Patterns of Evidence: The Exodus

I’ve watched Patterns of Evidence: The Exodus twice. I liked it and give it five stars. Tim Mahoney, the director, does a wonderful job of presenting current archeological thought on why the Exodus did not happen, while at the same time showing overwhelming proof that it did. I recommend renting or buying it.

Spoilers ahead.

First, let’s explain the Exodus, because I realize in our post-Christian society most people don’t know what the Exodus is.

There was a prophet named Abraham. He loved God and God loved him. So, God blessed Abraham and told him that his descendants would become a great nation and inherit the lands around modern day Jerusalem.

Abraham’s grandson, Jacob had 12 sons. Jacob was renamed Israel by God, and the descendants of Jacob’s sons were grouped into 12 tribes called the 12 tribes of Israel, each tribe being called after the name of the son of Jacob they were descendants of. The most famous is the tribe of Judah that Jews and Christ are members of.

Because of a massive famine, Jacob and all his family ended up in Egypt. This was a long way from the lands that God promised Abraham his children would inherit. The twelve tribes of Israel grew very large and powerful in Egypt over their 400-year stay. The ruler of Egypt, Pharaoh, eventually enslaved them, and prevented them from returning to lands God had promised them.

Exodus refers to the God’s miraculous delivery of the 12 tribes from slavery in Egypt, and bringing them through 40-years of wandering to eventually take over their promised land from a people more powerful than them, but not more powerful than God.

Standard archeological thought is that Exodus didn’t happen. Archeologists claim that there is no proof that the 12 tribes of Israel were slaves to Rameses the Great, so the Exodus never happened. The Bible only refers to the region of the city of Rameses (Goshen) as being the residence of the 12 tribes while in Egypt, but never once says that the pharaoh of Exodus was Rameses the Great.

So the argument that Exodus didn’t happen revolves around one of the grandest Straw Man arguments of all time. The Bible says Israel was in slavery in Egypt to Pharaoh. Archeologists say the Bible says that Rameses the Great enslaved Israel. It is easy to prove that Israel was never enslaved by Ramses the Great, so Exodus is a fabricated story.

In fact, all their claims that no evidence exists rests upon their own dating of Exodus to the reign of Ramses the Great, while ignoring what the Bible states clearly. 1 Kings 6:1 states that the construction of the first Israelite temple began 480 years after Exodus. That places the Exodus two hundred years before Rameses the Great by current archeological dating.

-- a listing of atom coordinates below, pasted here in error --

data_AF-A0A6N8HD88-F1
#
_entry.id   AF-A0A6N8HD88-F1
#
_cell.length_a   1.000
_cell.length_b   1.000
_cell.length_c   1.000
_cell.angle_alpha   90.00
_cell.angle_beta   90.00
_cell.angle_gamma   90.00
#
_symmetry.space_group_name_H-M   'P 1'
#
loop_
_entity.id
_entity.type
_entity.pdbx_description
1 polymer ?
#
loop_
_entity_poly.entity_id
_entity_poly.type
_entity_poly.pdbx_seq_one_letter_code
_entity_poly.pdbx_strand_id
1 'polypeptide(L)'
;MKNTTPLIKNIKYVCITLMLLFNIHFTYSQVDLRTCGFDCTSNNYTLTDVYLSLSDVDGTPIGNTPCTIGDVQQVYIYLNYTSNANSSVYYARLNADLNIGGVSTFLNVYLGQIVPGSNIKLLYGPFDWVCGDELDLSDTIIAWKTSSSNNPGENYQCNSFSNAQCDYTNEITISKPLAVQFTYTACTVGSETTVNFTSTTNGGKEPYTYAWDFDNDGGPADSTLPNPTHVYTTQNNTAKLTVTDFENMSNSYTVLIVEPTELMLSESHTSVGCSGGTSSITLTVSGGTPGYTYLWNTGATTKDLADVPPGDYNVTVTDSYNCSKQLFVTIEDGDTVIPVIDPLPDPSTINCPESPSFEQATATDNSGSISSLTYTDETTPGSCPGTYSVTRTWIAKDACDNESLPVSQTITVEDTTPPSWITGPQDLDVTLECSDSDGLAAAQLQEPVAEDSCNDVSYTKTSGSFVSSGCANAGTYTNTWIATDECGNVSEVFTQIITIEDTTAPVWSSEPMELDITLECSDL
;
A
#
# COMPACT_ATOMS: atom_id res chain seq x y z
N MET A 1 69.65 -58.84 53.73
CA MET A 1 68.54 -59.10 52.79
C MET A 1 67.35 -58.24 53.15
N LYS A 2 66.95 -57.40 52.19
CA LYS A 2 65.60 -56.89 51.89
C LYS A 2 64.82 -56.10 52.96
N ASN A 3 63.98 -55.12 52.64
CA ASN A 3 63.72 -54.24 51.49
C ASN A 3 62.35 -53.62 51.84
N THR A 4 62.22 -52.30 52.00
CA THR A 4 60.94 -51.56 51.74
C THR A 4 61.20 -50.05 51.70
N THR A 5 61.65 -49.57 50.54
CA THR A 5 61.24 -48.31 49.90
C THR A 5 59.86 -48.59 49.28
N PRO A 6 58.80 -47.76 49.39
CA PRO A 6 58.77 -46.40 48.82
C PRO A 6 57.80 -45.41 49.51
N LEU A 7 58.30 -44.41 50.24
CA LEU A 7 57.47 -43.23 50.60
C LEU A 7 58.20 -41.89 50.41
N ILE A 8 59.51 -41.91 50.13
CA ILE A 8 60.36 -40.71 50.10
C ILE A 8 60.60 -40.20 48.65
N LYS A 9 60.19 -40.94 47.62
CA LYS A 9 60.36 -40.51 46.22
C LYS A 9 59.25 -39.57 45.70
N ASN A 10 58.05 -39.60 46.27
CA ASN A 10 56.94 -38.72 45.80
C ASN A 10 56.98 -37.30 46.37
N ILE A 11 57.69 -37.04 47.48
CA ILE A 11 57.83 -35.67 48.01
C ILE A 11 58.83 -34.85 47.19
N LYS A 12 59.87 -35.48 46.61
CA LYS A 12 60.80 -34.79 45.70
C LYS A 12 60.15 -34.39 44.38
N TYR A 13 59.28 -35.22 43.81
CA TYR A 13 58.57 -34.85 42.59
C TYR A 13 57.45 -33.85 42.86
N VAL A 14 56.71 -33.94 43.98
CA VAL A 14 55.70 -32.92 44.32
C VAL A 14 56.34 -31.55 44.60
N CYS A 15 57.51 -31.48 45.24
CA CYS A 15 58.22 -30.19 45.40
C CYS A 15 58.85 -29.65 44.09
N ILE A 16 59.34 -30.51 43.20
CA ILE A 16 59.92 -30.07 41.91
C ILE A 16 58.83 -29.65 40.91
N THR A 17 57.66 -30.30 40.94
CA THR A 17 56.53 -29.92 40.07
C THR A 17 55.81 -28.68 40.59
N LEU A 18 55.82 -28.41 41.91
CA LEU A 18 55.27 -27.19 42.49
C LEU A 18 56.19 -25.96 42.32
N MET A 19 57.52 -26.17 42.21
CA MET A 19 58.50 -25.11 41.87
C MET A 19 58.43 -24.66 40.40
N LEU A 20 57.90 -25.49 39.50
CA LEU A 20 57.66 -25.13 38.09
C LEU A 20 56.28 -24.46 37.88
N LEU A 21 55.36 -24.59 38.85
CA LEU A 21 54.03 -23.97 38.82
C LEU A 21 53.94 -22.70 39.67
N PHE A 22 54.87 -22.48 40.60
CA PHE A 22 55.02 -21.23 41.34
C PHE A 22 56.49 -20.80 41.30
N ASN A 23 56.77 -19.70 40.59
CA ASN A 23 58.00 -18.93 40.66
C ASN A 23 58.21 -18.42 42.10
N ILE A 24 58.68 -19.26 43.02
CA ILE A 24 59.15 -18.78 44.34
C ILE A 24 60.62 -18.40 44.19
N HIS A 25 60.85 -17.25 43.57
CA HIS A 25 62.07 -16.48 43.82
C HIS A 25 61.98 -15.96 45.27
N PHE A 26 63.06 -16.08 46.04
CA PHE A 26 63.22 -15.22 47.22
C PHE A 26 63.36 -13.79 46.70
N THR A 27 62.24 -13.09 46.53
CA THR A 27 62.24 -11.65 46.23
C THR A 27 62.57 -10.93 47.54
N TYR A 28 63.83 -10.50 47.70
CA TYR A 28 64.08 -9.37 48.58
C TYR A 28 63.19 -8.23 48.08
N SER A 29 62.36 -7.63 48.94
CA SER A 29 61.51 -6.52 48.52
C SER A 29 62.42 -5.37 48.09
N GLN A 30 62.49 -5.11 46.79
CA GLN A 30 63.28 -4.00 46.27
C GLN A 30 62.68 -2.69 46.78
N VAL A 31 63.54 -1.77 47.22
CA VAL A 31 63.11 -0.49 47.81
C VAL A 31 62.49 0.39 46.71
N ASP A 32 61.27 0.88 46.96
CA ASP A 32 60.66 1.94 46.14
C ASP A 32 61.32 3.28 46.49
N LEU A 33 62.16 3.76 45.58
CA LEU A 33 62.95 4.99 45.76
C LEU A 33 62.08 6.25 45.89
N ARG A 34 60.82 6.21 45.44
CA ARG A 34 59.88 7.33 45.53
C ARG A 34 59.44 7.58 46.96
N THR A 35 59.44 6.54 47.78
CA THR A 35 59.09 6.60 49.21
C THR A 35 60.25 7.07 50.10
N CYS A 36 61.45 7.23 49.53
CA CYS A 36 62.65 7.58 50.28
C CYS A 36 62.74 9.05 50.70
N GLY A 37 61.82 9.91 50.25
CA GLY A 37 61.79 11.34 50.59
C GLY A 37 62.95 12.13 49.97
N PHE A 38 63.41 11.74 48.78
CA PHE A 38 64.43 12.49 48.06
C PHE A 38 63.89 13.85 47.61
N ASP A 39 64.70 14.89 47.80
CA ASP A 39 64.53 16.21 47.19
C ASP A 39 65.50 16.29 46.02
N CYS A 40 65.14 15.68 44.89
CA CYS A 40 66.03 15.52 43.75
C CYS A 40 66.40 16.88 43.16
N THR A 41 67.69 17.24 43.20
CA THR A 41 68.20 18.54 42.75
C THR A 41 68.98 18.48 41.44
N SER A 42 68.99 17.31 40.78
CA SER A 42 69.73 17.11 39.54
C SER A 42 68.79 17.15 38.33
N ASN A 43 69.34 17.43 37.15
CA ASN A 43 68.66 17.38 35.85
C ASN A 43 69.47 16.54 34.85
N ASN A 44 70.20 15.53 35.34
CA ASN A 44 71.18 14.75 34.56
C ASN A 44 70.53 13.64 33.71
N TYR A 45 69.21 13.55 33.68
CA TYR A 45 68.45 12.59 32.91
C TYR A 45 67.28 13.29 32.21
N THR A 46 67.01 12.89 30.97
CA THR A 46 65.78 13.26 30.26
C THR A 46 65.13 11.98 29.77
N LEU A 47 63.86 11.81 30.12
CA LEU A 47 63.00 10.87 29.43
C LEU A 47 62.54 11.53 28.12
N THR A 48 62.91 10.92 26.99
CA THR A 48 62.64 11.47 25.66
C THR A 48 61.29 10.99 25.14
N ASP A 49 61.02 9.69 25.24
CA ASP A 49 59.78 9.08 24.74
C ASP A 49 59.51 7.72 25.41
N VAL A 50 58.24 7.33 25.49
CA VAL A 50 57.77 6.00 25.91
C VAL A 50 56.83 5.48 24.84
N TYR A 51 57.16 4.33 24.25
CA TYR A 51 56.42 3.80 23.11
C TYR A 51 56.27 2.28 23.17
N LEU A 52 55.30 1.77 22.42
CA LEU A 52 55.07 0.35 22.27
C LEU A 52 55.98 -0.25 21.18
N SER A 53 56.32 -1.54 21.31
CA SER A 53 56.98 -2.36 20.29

Of course, if standard archeology ignores little things like 200-year differences in stated timelines from original sources, you have to wonder how many other tiny, 200-year mistakes they may have made by ignoring other primary sources. At this point you need to toss out dating (at least temporarily) and look at physical evidence of events, and come back to fixing timelines later.

So, if modern archeological dates are wrong, and you look merely at where the evidence is and assume that dating is slightly off in the textbooks, you can find all the hard, physical evidence needed to support the Exodus.

Archeological evidence of semites (the 12 tribes were semites) living in the city of Ramses before it was called the city of Ramses is plentiful. These semites moved out of Egypt at the end of the Middle Kingdom.

At the end of the Middle Kingdom, Egypt was destroyed by God (not the Gods) by Egyptian accounts. Also, the plagues of Egypt described in Exodus were described in a Middle Kingdom  papyrus housed in Europe.

Ramses the Great reigned after the Middle Kingdom, so all the physical evidence is there, and it all points to the Exodus as happening hundreds of years before the archeological Straw Man argument of Exodus’s timeline.

Additionally, this documentary shows commonly accepted archeological evidence from two of the cities the 12 tribes conquered. The physical evidence matches exactly with what the Bible describes. However, once again, the evidence predates standard archeological dating of the Exodus by hundreds of years.

Calendars and dates can easily get mixed up, but the physical evidence and third party accounts for the Israelite Exodus are all there.

By the way, my two favorite bits of evidence for the Exodus were the Ipuwer Papyrus and the list of Israelite slaves, both of which come from Egypt, not the Bible. Also, it is fairly obvious that the only proof that there is that Exodus didn’t happen rests on saying there is no proof that the Exodus happened when the Bible says it didn’t happen.

Again, great documentary. A must watch.

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